More and more, I'm into specifics when it comes to spirituality. I've spent a lifetime floating in the philosophical, theological, and metaphysical heavens. Now, show me the meat! (or, tofu)
I still enjoy airy-fairy speculation. Heck, what would this blog be without it? Both the posts and comments would be exceedingly brief, that's for sure.
But whenever I get a new spiritual, religious, or philosophical book these days, I thumb through it right off the bat, looking for details. Especially if it deals at all with meditation.
What does the author say we (or even just he/she) should do in an attempt to understand what It Is All About?
Don't give me elevated abstractions. I want down to earth instructions. Absent that, a writing is just a bunch of speculative blah, blah, blah.
Entertaining. But not scientifically or practically persuasive.
So since I don't want to be a pot calling the kettle black, here's what I generally do when I sit down for my morning meditation – fortified with a strong cup of coffee, which caffeinatedly elevates my mood even if the mediation session doesn't.
I have a saying that I repeat, and contemplate, before meditating.
Nowhere to go, nothing to do, no one to become
I say this to myself as an encapsulation of my current spiritual outlook. It also serves to get me in a groove that, hopefully, I'll stay in for as much of the meditation period as possible.
Nowhere to go… Here I am, stock still on my cushion. No place else I need to be for the next 30 minutes or so. This is It.
Nothing to do… No mental place I need to arrive at either. I don't need to think, feel, imagine, perceive, or do anything else inside my head.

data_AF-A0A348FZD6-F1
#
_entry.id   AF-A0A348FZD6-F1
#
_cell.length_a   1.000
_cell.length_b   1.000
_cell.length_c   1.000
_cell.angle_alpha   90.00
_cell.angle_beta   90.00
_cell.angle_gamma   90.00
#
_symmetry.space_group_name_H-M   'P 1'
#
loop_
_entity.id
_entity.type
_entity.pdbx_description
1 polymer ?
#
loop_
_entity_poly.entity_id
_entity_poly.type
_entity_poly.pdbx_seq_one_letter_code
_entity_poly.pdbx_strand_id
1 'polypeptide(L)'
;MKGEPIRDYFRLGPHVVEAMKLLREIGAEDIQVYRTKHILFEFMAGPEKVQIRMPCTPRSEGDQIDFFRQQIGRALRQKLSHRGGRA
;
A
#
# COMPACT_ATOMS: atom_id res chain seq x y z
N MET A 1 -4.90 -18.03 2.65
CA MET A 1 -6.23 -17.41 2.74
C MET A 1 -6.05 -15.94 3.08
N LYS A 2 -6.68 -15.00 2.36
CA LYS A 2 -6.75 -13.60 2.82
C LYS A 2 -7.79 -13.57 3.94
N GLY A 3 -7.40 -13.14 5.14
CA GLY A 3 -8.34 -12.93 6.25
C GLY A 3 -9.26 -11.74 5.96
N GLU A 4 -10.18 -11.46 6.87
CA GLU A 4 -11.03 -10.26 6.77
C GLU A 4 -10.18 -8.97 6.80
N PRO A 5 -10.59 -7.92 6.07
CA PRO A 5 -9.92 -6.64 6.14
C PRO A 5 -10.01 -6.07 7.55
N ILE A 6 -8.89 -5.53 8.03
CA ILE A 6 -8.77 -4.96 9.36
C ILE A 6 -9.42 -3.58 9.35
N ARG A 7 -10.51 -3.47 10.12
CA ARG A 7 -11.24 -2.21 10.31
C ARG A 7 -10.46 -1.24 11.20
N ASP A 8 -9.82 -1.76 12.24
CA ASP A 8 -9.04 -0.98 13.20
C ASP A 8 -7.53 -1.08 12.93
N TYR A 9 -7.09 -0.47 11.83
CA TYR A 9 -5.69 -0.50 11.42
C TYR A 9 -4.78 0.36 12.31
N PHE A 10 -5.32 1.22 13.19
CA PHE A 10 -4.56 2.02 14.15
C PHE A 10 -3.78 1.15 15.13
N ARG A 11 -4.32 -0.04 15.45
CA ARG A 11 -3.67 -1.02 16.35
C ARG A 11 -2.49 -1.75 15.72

No one to become… Even more, no transformation of my basic being needs to happen from on high, or down below. Like Popeye, I am what I am (or, I yam what I yam).
This centers me in three dimensions of space, time, and being – exactly where I am. I realize that every movement from this center, on what spiritual traditions call a "path," is going to take me farther away from really real reality, not closer.
That's my theory, at least.
However, it's founded on a whole lot of book learning and life experience. I just choose to ignore all of that learning-experience in favor of the no, no, no at the center of my Nowhere to go, nothing to do, no one to become.
I then use a simple sort of mantra meditation to stay close to the center during my meditation.
Lately I've been favoring Wu because it means nothing/negation in Chinese. And I hear "wu chi" a lot in my Tai Chi classes (this is the motionless ready stance that begins and ends each form; from wu chi the tai chi begins).
Something…wu…out of nothing…the empty center. Endlessly fascinating. A sound in my head, uttered by me, where before and after there is silence.
So, yes, I do something. Not nothing. But as little as possible, which is a heck of a lot less than I'm going to do the rest of the day, after I stop meditating.
I enjoy beginning the day with this period of mostly passive yin that contrasts with my mostly active yang the rest of my waking hours.
It's the core of my spirituality, really. Yet it's nothing that I can describe beyond how I've already described it. For there's nothing much to it.
Even less than I think, for sure.
Googling "nowhere to go, nothing to do, no one to become" before I wrote this post, I came across a book whose title is two-thirds of my meditation saying.
Well, no one has a copyright on nothing. Though lots of people have said quite a bit about it. Like...
There is really nothing you must be.
And there is nothing you must do.
There is really nothing you must have.
And there is nothing you must know.
There is really nothing you must become.
However, it helps to understand that fire burns,
and when it rains, the earth gets wet.
Japanese Zen scroll
As for me, when I meditate my saying is as minimal as I can make it. Wu, wu, wu.